Yesterday’s blog posed the question “What is Public Art?” It also said it was being claimed that the multi mammaried Skywhale balloon, launched in Canberra a week or so ago as part of Canberra’s Centenary, was being claimed as a piece of public art.

Unfortunately, calling something a piece of public art is a device commonly used by Government politicians as a means of covering up how they had been deluded into thinking the artwork they originally commissioned that would be part of their legacy that would to remind communities in the future about their time in office would, in the case of Skywhale something they might regret. Instead it might make the community perceive them as art philistines.

Contrary to any impression you might have gained yesterday that while Canberra has some public art, the arts lobby thinks it doesn’t have enough. Indeed the arts lobby constantly lobbies the ACT Government to provide more public art and because the government is always looking for of methods to capture votes it is susceptible to the pleas of the arts community. The result: Government Ministers see commissioning more public art as a means of garnering votes. A secondary result, the art community is kept in a state of permanent anticipation, the community in a permanent state of apprehension and tourists something new to look and laugh at.

But let me leave such whimsical thoughts behind and get down to brass tacks about public art. I think the ACT Government should ask the public at large what pieces of art they would like to see commissioned. And when I say the public at large I mean the public at large not just the views of a handful of members of the ACT’s political parties and art groups. In my opinion the Government might get a shock at some of the artworks the community at large might like to see commissioned.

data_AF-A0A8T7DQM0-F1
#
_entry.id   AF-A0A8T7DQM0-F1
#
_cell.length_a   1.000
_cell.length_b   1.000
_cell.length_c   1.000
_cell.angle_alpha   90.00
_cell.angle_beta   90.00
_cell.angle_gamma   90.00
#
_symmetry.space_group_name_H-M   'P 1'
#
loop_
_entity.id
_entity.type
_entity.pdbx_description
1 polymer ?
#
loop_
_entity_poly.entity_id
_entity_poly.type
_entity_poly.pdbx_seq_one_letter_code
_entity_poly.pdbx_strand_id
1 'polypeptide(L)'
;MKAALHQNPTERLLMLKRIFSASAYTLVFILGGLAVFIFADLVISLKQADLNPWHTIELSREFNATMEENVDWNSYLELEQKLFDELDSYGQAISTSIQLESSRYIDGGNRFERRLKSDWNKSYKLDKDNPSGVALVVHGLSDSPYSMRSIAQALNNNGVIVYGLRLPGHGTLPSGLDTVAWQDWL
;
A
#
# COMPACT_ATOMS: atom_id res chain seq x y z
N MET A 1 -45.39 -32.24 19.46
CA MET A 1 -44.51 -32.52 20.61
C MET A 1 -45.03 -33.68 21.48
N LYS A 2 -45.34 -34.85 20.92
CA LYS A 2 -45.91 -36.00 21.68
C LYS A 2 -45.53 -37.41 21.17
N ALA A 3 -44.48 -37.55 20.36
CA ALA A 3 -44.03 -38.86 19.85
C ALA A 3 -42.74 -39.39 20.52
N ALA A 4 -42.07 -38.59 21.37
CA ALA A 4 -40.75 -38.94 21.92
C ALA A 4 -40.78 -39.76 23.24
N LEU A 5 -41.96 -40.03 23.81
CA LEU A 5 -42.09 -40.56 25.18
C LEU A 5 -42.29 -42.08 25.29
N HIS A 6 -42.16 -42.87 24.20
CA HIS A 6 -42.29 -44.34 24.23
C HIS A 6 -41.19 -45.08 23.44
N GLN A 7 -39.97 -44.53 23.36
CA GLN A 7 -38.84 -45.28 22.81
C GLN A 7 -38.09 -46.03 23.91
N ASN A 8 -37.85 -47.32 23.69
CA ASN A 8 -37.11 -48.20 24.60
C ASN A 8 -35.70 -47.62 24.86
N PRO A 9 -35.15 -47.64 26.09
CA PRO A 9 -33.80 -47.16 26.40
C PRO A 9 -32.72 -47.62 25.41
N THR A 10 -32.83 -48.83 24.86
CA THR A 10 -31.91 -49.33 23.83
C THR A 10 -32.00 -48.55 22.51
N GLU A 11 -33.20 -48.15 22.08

The Government’s answer to the public’s suggestions would probably be that twenty years later the public might not like what was chosen while the public’s argument that the same could be said about the Government’s choices would be met with a blank stare, which brings me back to Skywhale.

I fact when I first heard about Skywhale I thought the Government had decided that in addition to being the Australia’s political Capital it should also be the country’s avant garde Capital. With that in mind and as a member of the public, let me put forward a suggestion for a piece of public art that will pay tribute to the Capital not only on this centenary but on centenaries ever after.

I’d like government to commission a work called “Parliament in Action” comprising a revolving metal base on which stands one male figure and one female figure representing the bureaucracy. The male figure would have its left arm outstretched and one finger pointing and the female figure would be posed with right arm outstretched and finger pointing. Surrounding the base, concrete Members of Parliament sit in static pose looking up at the two figures as if trying to give them directions.